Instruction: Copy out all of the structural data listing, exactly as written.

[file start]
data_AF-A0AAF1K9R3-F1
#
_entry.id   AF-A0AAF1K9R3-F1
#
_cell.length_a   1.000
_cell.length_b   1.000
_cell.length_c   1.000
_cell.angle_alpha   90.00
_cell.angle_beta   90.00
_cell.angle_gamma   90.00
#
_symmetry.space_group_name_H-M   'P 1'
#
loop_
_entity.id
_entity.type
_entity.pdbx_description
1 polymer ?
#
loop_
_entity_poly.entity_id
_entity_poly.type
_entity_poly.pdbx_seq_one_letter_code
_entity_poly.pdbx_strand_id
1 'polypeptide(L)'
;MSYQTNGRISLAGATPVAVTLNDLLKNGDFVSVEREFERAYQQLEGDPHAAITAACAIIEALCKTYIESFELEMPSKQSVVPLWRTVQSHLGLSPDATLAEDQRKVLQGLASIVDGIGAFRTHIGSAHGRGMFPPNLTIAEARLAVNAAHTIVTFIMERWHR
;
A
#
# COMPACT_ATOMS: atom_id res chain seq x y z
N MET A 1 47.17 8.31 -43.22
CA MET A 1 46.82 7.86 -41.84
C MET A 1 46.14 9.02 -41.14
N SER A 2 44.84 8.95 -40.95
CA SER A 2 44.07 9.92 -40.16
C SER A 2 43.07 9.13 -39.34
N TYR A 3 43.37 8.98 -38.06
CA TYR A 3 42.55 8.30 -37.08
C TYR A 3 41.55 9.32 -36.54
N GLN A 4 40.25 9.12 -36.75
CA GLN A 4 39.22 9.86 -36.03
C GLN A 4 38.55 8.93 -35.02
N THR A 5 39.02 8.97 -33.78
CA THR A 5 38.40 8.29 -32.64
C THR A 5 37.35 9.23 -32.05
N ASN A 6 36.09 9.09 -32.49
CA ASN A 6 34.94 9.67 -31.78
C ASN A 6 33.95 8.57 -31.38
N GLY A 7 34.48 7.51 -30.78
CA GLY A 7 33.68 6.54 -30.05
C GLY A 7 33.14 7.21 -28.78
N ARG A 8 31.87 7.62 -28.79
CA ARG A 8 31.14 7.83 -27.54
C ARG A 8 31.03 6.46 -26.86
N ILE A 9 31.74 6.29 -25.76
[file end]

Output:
data_AF-A0AAF1K9R3-F1
#
_entry.id   AF-A0AAF1K9R3-F1
#
_cell.length_a   1.000
_cell.length_b   1.000
_cell.length_c   1.000
_cell.angle_alpha   90.00
_cell.angle_beta   90.00
_cell.angle_gamma   90.00
#
_symmetry.space_group_name_H-M   'P 1'
#
loop_
_entity.id
_entity.type
_entity.pdbx_description
1 polymer ?
#
loop_
_entity_poly.entity_id
_entity_poly.type
_entity_poly.pdbx_seq_one_letter_code
_entity_poly.pdbx_strand_id
1 'polypeptide(L)'
;MSYQTNGRISLAGATPVAVTLNDLLKNGDFVSVEREFERAYQQLEGDPHAAITAACAIIEALCKTYIESFELEMPSKQSVVPLWRTVQSHLGLSPDATLAEDQRKVLQGLASIVDGIGAFRTHIGSAHGRGMFPPNLTIAEARLAVNAAHTIVTFIMERWHR
;
A
#
# COMPACT_ATOMS: atom_id res chain seq x y z
N MET A 1 47.17 8.31 -43.22
CA MET A 1 46.82 7.86 -41.84
C MET A 1 46.14 9.02 -41.14
N SER A 2 44.84 8.95 -40.95
CA SER A 2 44.07 9.92 -40.16
C SER A 2 43.07 9.13 -39.34
N TYR A 3 43.37 8.98 -38.06
CA TYR A 3 42.55 8.30 -37.08
C TYR A 3 41.55 9.32 -36.54
N GLN A 4 40.25 9.12 -36.75
CA GLN A 4 39.22 9.86 -36.03
C GLN A 4 38.55 8.93 -35.02
N THR A 5 39.02 8.97 -33.78
CA THR A 5 38.40 8.29 -32.64
C THR A 5 37.35 9.23 -32.05
N ASN A 6 36.09 9.09 -32.49
CA ASN A 6 34.94 9.67 -31.78
C ASN A 6 33.95 8.57 -31.38
N GLY A 7 34.48 7.51 -30.78
CA GLY A 7 33.68 6.54 -30.05
C GLY A 7 33.14 7.21 -28.78
N ARG A 8 31.87 7.62 -28.79
CA ARG A 8 31.14 7.83 -27.54
C ARG A 8 31.03 6.46 -26.86
N ILE A 9 31.74 6.29 -25.76